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Huge Whales Boast Unique 'Bungee Cord' Nerves

May 04, 2015 08:21 PM EDT
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Baleen whales are indisputably huge creatures and rorqual whales are the largest group of them all, weighing up to a stunning 180 metric tons. Even the smallest of this group, the northern minke whale, can weigh a whopping 9.9 short tons. Being so big, it's not a stretch to assume their biology might be a little different than our own, and now a new study has proven it so. Rorqual whales, it seems, have unique nerve tissue that is just as thick and stretchy as your run-of-the-mill bungee cord.

"This discovery was totally unexpected and unlike other nerve structures we've seen in vertebrates, which are of a more fixed length," Wayne Vogl, a researcher with the University of British Columbia's cellular and Physiological Sciences Department, explained in a statement.

"The rorquals' bulk feeding mechanism required major changes in anatomy of the tongue and mouth blubber to allow large deformation," he added, "and now we recognize that it also required major modifications in the nerves in these tissues so they could also withstand the deformation."

What Vogl is talking about is the intriguing way in which baleen whales feed. Think of your traditional baleen whale as a massive vacuum. Opening its gaping maw as wide as physically possible, a whale will let a stunning portion of its body fill up with water, stretching its mouth and insides to the fullest extent of their impressive elasticity. Then the whale seethes that scooped water out through its iconic comb-like tooth plates (baleen), leaving only heaps of tiny prey like krill, copepods, and even small fish to be swallowed. (Scroll to read on...)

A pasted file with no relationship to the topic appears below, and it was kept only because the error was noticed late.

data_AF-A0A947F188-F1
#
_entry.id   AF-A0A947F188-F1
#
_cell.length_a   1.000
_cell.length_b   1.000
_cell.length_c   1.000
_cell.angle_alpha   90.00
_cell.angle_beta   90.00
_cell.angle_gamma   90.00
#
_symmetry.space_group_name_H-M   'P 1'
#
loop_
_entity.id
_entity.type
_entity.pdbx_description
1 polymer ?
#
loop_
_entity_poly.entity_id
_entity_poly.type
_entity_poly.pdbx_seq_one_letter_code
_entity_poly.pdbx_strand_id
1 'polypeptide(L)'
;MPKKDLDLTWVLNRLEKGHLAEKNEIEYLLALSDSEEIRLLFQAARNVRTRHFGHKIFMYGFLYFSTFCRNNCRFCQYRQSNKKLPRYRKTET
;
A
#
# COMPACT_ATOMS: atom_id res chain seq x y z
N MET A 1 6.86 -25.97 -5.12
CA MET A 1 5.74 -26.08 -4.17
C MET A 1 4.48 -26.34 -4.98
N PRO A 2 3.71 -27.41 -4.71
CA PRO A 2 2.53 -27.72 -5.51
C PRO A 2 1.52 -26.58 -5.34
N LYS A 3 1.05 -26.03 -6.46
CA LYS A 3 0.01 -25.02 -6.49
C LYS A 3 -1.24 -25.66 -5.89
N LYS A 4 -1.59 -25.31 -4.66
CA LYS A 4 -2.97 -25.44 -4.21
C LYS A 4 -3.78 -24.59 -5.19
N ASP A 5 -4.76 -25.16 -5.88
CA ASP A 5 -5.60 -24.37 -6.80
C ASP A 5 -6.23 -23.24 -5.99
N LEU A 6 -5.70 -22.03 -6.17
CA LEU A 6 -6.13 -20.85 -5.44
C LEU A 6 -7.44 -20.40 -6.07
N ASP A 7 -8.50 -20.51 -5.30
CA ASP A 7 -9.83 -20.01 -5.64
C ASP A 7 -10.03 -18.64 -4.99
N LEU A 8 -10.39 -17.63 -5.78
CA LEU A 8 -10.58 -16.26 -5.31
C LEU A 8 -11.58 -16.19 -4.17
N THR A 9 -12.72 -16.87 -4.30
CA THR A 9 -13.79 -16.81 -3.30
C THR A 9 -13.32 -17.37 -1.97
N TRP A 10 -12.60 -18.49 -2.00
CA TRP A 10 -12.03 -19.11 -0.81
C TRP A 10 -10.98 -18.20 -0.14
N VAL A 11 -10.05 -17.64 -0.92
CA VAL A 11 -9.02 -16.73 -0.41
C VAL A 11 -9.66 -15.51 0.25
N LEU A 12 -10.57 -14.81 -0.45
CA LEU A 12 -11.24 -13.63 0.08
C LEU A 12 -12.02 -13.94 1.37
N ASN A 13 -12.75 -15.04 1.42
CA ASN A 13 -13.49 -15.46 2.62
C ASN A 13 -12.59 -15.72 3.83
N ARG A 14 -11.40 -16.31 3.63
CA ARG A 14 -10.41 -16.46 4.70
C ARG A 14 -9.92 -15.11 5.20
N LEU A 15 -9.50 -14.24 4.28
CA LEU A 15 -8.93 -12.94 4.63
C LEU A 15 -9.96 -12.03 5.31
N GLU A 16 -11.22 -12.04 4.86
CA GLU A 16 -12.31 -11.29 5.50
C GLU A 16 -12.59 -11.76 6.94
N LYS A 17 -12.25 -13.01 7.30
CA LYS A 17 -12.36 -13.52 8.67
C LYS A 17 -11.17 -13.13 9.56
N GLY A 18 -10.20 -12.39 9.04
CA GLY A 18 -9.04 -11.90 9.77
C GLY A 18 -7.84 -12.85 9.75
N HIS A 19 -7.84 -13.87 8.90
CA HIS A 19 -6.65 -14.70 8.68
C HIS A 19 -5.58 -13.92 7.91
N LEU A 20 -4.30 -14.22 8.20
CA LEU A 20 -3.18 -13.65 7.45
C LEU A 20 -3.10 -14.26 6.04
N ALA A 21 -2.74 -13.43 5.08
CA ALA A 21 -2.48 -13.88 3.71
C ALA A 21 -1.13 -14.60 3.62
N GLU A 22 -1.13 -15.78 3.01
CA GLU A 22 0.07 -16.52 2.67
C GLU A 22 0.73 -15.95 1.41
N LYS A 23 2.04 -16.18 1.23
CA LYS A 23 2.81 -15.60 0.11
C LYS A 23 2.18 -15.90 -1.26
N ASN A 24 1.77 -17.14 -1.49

To account for that impressive elasticity, the whales' mouths must boast structural changes not seen in true toothed whale varieties, and these 'bungee-like' nerves are just another adaptation to add to the list.

Comparatively, in humans, over-extending nerves usually damages them. For rorquals, however, the nerve cells are packaged inside a central core in such a way that the individual nerve fibers are never truly stretched; they simply unfold.

The researchers now hope to further investigate how these nerve systems fold and unfold so efficiently.

"This discovery underscores how little we know about even the basic anatomy of the largest animals alive in the oceans today," added Nick Pyenson, of the Smithsonian's National Museum of Natural History. "Our findings add to the growing list of evolutionary solutions that whales evolved in response to new challenges faced in marine environments over millions of years."

The findings are detailed in the journal Current Biology.

For more great nature science stories and general news, please visit our sister site, Headlines and Global News (HNGN).

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